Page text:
Cunningham, Robert L.
The Aristotelian Notion of Nature
Cunningham’s dissertation treats of the genesis of the understanding of Aristotle’s definition of nature. It considers Aristotle’s use of words, the basis in internal experience for the definition of nature, and, lastly, the signification of the word “nature.”
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Robert L. Cunningham (1926–2019), spent the majority of his career at the University of San Francisco (from 1955–1991; a contribution to the USF Foghorn can be found here). Before that, he taught at Xavier University, Lone Mountain College, and St. Mary’s College. He interests lay in practical logic, bioethics, and politics.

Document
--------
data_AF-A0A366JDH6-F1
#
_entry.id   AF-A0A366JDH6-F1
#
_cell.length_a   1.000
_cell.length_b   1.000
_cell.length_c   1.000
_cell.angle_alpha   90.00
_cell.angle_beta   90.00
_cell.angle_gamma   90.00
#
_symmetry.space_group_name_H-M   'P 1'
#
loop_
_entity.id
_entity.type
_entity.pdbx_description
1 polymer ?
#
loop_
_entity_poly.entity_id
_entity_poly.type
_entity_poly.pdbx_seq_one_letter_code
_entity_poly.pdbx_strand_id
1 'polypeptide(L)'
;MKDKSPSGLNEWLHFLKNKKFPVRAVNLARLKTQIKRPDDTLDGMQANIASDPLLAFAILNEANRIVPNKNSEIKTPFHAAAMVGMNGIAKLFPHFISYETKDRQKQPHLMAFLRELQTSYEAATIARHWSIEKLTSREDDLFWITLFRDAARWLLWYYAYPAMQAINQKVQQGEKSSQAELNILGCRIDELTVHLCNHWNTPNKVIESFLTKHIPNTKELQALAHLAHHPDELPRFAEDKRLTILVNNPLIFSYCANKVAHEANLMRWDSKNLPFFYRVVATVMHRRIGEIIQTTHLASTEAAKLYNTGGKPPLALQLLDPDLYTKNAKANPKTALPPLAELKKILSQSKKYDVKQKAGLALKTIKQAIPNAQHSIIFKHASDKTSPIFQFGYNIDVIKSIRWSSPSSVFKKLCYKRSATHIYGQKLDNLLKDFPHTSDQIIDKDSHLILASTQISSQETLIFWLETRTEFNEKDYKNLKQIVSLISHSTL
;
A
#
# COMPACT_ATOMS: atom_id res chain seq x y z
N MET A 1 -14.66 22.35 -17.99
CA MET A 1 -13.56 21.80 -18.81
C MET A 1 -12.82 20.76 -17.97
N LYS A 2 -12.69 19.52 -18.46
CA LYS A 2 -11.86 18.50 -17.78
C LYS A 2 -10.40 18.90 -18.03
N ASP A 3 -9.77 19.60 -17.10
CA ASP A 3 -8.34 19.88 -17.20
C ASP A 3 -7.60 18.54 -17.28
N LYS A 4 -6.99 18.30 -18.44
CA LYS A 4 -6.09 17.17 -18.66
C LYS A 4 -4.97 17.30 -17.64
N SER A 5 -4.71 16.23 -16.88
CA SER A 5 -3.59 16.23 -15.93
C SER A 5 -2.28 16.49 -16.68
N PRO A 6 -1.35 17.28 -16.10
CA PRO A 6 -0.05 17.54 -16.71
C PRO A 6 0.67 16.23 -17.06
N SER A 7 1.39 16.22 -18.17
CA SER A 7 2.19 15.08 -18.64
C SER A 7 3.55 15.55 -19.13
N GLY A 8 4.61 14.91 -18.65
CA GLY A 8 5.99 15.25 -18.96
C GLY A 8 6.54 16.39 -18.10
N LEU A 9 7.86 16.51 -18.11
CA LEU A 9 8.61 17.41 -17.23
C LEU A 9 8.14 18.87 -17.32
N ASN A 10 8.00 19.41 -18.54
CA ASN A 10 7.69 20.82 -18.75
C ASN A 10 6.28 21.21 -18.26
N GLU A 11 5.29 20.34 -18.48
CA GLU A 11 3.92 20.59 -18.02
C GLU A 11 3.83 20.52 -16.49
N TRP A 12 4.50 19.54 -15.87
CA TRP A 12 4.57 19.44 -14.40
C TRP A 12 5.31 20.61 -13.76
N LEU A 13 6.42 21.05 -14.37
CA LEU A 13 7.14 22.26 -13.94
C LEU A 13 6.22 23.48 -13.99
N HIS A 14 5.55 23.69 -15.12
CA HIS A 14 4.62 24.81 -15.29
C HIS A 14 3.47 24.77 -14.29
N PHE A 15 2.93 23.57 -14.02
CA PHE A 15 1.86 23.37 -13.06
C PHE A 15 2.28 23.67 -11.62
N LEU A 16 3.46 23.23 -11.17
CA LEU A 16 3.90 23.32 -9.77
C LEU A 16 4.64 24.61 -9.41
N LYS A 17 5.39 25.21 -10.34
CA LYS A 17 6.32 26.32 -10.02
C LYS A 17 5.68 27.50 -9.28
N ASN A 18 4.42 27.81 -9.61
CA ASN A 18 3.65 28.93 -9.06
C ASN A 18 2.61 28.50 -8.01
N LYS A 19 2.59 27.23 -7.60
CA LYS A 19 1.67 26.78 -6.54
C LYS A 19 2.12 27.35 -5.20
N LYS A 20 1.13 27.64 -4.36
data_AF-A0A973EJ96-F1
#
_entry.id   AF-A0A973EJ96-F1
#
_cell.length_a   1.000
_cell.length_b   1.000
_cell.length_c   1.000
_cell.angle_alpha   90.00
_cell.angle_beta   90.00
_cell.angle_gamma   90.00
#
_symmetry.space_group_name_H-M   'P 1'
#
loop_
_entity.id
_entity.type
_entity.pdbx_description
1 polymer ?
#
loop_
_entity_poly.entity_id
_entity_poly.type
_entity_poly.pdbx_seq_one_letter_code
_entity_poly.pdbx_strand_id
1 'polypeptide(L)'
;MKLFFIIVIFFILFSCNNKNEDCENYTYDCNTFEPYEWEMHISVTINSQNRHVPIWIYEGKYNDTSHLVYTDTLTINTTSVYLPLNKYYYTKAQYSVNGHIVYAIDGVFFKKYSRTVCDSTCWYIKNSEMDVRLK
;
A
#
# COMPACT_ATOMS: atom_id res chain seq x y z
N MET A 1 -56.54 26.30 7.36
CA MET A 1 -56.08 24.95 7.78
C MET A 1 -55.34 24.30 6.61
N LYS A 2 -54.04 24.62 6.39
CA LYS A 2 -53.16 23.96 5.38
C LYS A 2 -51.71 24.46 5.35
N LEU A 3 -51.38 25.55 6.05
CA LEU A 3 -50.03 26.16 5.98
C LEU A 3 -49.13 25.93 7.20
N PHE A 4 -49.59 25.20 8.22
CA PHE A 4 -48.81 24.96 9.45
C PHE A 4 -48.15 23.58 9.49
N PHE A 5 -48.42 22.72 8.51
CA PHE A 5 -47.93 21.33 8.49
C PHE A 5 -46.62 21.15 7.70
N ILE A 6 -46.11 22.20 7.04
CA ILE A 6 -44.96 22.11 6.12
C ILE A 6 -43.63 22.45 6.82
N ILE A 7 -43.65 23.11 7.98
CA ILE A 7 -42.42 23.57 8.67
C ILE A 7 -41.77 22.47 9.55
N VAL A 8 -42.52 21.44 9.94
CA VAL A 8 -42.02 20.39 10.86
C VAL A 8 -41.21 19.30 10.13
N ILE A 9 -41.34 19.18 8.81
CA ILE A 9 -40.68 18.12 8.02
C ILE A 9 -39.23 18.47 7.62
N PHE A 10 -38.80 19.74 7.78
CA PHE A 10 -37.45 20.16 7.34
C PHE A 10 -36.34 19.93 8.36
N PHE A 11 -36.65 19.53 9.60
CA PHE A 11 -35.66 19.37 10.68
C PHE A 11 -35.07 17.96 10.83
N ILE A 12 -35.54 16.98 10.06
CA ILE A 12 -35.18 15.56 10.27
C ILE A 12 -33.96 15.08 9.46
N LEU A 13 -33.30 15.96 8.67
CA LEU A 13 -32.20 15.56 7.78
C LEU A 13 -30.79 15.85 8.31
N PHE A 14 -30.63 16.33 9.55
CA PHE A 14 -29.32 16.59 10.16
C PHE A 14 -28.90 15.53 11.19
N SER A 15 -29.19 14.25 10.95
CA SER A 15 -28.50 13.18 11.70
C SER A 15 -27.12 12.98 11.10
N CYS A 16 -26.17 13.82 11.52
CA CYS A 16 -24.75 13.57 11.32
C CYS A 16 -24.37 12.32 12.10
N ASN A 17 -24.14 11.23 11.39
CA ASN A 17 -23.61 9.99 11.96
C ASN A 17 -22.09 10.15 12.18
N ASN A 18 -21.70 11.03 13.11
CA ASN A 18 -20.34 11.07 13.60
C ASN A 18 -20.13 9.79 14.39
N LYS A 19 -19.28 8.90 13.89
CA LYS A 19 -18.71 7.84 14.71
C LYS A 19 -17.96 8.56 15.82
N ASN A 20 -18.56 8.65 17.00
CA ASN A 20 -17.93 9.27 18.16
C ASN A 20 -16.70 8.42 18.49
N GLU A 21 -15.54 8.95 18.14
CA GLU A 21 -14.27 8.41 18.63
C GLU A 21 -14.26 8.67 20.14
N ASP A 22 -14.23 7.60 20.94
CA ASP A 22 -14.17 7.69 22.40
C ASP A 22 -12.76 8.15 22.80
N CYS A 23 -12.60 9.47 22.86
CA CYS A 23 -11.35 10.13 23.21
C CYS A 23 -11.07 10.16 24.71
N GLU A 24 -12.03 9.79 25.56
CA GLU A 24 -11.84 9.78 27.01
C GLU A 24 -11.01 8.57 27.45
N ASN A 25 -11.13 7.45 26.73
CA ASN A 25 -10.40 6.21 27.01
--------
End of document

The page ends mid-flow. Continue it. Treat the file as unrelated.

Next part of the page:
“The Division and Methods of the Sciences: St. Thomas Aquinas’ Commentary on Questions V and VI of the De Trinitate of Boethius (Review).” New Scholasticism 30, no. 1 (1956): 106–7. https://doi.org/10.5840/newscholas195630110.
Situationism and the New Morality. New York: Appleton-Century-Crofts, 1970.
“Justice: Efficiency or Fairness?” The Personalist 52, no. 2 (1971): 253–81. https://doi.org/10.1111/j.1468-0114.1971.tb08925.x.
“Political Philosophy and Human Nature (Comments on Eugene Miller’s Address).” The Personalist 53, no. 3 (1972): 222–26. https://doi.org/10.1111/j.1468-0114.1972.tb05887.x.
As Editor: Liberty and the Rule of Law. College Station, TX: Texas A&M University Press, 1979.